What happened

Shares of General Electric (GE -0.32%) slid 11.1% in July, according to data from S&P Global Market Intelligence. It was yet another setback for the beaten-down industrial conglomerate.

The stock finished out the month at $6.07 a share, almost a 25-year low. Although the stock has rebounded somewhat in August, it's still down more than 40% year to date.

An Edison-style light bulb shattering.

Image source: Getty Images.

So what

The entire drop in GE's shares came after the company reported Q2 2020 earnings on July 29. The numbers exceeded expectations -- particularly the company's cash burn of "just" $2.1 billion. CEO Larry Culp had been guiding for a cash burn of $3.5 billion to $4.5 billion for the quarter. However, the overall picture wasn't pretty, and investors sold off the stock.

Among other dismal data, the industrial conglomerate's once-powerful aviation division, which primarily manufactures and services aircraft engines, saw its profit margin turn negative, while orders tumbled 56% year over year. Revenue, orders, and profits were down in all of GE's divisions; only healthcare was able to turn a profit, because of increased demand for ventilators and other products related to coronavirus treatments. 

Now what

Culp has officially stated that he expects GE to become industrial free cash flow positive in 2021. Keep in mind that doesn't necessarily mean the company as a whole will be free cash flow positive, because of ongoing liabilities associated with GE Capital, the company's financial business. He gave no word on when the company might return to profitability, and on the earnings call, he even sidestepped a question about whether healthcare's cash flow was "consistent with profits."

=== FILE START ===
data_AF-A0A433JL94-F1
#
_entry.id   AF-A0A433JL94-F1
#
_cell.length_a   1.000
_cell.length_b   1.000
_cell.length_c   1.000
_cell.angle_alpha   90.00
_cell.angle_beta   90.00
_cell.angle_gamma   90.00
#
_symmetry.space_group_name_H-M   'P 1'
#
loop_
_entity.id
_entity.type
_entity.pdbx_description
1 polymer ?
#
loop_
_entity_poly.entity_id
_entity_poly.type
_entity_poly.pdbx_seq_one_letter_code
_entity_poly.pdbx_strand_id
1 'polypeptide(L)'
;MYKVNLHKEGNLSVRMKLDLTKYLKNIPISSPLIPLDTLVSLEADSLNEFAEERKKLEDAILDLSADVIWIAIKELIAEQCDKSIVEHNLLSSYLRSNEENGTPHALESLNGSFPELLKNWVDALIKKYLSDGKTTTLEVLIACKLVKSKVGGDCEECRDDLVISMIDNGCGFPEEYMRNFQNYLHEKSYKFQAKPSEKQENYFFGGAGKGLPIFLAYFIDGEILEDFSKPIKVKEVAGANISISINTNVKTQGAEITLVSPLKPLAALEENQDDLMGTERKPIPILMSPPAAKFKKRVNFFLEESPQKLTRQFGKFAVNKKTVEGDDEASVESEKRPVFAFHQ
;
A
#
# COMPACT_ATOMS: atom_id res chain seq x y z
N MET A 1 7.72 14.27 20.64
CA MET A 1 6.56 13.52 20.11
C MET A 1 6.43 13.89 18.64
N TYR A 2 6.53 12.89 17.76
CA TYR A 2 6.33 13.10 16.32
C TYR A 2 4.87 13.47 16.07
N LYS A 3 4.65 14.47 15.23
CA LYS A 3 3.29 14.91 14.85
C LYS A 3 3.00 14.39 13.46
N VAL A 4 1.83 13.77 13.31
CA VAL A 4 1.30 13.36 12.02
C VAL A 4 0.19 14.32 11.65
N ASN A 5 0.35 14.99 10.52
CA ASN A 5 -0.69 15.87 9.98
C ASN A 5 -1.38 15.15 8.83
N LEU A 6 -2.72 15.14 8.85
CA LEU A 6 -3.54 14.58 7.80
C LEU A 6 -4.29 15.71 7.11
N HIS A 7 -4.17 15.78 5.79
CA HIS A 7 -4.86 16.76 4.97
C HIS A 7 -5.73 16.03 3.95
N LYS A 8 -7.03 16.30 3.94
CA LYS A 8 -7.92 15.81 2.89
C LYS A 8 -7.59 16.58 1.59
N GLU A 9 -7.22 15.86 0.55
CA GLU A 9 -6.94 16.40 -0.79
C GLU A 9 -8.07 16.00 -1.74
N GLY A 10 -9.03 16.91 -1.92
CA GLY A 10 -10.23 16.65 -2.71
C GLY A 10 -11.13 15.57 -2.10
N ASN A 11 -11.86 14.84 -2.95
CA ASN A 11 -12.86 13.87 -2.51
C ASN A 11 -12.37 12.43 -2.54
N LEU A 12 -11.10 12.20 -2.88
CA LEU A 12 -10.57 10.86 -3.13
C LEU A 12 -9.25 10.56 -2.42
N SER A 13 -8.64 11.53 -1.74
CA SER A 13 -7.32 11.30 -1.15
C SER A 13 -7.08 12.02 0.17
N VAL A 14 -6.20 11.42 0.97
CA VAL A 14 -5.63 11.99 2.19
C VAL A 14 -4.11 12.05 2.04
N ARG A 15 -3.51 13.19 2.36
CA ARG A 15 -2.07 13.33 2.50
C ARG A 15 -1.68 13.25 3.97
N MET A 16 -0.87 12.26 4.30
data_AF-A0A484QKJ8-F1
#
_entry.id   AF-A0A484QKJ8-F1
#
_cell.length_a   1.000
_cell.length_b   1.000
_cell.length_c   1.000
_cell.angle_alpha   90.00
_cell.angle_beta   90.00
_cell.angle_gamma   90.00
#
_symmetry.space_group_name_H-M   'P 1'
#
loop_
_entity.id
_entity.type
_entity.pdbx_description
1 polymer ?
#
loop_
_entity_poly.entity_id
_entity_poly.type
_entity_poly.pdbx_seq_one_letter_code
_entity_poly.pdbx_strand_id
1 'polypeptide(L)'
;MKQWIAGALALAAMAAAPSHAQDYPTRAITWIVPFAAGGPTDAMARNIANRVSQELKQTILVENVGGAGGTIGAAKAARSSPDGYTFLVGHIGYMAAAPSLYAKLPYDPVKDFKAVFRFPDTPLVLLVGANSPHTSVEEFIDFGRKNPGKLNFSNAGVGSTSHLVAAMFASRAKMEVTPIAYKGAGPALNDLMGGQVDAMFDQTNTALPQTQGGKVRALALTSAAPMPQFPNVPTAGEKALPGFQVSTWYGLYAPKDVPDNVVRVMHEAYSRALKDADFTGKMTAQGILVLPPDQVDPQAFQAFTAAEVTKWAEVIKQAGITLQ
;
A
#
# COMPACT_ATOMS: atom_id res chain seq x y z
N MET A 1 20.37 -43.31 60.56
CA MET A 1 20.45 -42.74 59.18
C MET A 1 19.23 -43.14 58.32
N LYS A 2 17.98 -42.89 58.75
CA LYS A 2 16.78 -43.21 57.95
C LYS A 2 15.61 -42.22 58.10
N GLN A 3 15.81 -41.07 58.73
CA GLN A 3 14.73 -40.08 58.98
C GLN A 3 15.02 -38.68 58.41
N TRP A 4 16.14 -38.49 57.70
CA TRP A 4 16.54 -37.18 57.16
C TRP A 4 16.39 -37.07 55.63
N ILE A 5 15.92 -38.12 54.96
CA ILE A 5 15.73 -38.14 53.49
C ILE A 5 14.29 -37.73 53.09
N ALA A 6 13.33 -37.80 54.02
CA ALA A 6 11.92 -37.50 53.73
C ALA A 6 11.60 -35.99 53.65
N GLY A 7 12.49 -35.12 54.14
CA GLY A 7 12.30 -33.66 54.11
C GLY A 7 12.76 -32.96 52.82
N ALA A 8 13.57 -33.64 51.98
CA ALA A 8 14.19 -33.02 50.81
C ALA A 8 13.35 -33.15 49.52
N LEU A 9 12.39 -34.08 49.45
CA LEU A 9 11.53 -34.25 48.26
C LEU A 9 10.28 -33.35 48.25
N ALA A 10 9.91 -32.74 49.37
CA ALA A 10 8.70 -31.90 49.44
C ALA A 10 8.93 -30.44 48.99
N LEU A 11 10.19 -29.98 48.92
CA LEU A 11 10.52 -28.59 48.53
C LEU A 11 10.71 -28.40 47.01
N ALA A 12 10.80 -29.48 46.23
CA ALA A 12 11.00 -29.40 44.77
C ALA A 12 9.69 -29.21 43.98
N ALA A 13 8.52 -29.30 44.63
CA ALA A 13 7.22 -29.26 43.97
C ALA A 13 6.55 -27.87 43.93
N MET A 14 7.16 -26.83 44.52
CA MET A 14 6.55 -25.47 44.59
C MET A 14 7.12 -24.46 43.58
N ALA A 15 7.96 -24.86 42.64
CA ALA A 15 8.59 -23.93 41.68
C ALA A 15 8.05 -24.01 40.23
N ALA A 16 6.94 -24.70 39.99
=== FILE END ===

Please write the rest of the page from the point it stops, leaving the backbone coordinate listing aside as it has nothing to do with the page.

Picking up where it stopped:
You really can't blame Culp and his management team's inability to turn the company around in 2020 as previously hoped: it's not as if any of them could have seen COVID-19 coming. However, with the dividend now yielding a paltry 0.6%, and profitability likely to be years away, it doesn't really look as if there's much point in tying up your money in GE shares when there are plenty of better industrial stocks to consider.